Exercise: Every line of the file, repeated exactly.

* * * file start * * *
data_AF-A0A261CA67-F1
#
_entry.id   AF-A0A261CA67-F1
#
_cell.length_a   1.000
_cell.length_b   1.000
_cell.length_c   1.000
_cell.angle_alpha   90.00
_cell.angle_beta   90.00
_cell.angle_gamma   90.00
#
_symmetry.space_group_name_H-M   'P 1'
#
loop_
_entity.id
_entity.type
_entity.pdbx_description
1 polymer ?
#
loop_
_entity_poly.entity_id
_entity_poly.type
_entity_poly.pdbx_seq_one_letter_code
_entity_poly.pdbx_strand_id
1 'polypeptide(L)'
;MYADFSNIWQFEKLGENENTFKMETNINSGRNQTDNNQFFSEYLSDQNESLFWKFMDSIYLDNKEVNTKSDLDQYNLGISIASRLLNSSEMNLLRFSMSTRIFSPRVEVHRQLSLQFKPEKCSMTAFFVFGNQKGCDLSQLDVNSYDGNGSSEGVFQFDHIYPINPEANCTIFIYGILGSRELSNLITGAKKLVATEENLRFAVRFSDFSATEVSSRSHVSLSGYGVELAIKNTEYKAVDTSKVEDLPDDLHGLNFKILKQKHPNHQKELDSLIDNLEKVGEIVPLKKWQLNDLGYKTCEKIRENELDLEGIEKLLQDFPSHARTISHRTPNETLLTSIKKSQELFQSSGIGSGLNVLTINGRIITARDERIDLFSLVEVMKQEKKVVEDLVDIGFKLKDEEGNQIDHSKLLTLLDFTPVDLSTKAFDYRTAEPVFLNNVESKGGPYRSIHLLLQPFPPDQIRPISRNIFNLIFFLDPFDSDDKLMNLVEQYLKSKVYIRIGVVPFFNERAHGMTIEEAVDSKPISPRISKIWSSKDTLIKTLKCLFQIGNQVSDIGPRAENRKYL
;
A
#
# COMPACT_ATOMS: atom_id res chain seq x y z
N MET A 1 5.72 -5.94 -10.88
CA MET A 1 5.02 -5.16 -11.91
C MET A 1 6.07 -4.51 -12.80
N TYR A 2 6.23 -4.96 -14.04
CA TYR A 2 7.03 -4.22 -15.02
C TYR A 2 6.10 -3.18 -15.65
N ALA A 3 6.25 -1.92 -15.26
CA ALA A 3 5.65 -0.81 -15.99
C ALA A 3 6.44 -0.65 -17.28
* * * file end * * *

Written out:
data_AF-A0A261CA67-F1
#
_entry.id   AF-A0A261CA67-F1
#
_cell.length_a   1.000
_cell.length_b   1.000
_cell.length_c   1.000
_cell.angle_alpha   90.00
_cell.angle_beta   90.00
_cell.angle_gamma   90.00
#
_symmetry.space_group_name_H-M   'P 1'
#
loop_
_entity.id
_entity.type
_entity.pdbx_description
1 polymer ?
#
loop_
_entity_poly.entity_id
_entity_poly.type
_entity_poly.pdbx_seq_one_letter_code
_entity_poly.pdbx_strand_id
1 'polypeptide(L)'
;MYADFSNIWQFEKLGENENTFKMETNINSGRNQTDNNQFFSEYLSDQNESLFWKFMDSIYLDNKEVNTKSDLDQYNLGISIASRLLNSSEMNLLRFSMSTRIFSPRVEVHRQLSLQFKPEKCSMTAFFVFGNQKGCDLSQLDVNSYDGNGSSEGVFQFDHIYPINPEANCTIFIYGILGSRELSNLITGAKKLVATEENLRFAVRFSDFSATEVSSRSHVSLSGYGVELAIKNTEYKAVDTSKVEDLPDDLHGLNFKILKQKHPNHQKELDSLIDNLEKVGEIVPLKKWQLNDLGYKTCEKIRENELDLEGIEKLLQDFPSHARTISHRTPNETLLTSIKKSQELFQSSGIGSGLNVLTINGRIITARDERIDLFSLVEVMKQEKKVVEDLVDIGFKLKDEEGNQIDHSKLLTLLDFTPVDLSTKAFDYRTAEPVFLNNVESKGGPYRSIHLLLQPFPPDQIRPISRNIFNLIFFLDPFDSDDKLMNLVEQYLKSKVYIRIGVVPFFNERAHGMTIEEAVDSKPISPRISKIWSSKDTLIKTLKCLFQIGNQVSDIGPRAENRKYL
;
A
#
# COMPACT_ATOMS: atom_id res chain seq x y z
N MET A 1 5.72 -5.94 -10.88
CA MET A 1 5.02 -5.16 -11.91
C MET A 1 6.07 -4.51 -12.80
N TYR A 2 6.23 -4.96 -14.04
CA TYR A 2 7.03 -4.22 -15.02
C TYR A 2 6.10 -3.18 -15.65
N ALA A 3 6.25 -1.92 -15.26
CA ALA A 3 5.65 -0.81 -15.99
C ALA A 3 6.44 -0.65 -17.28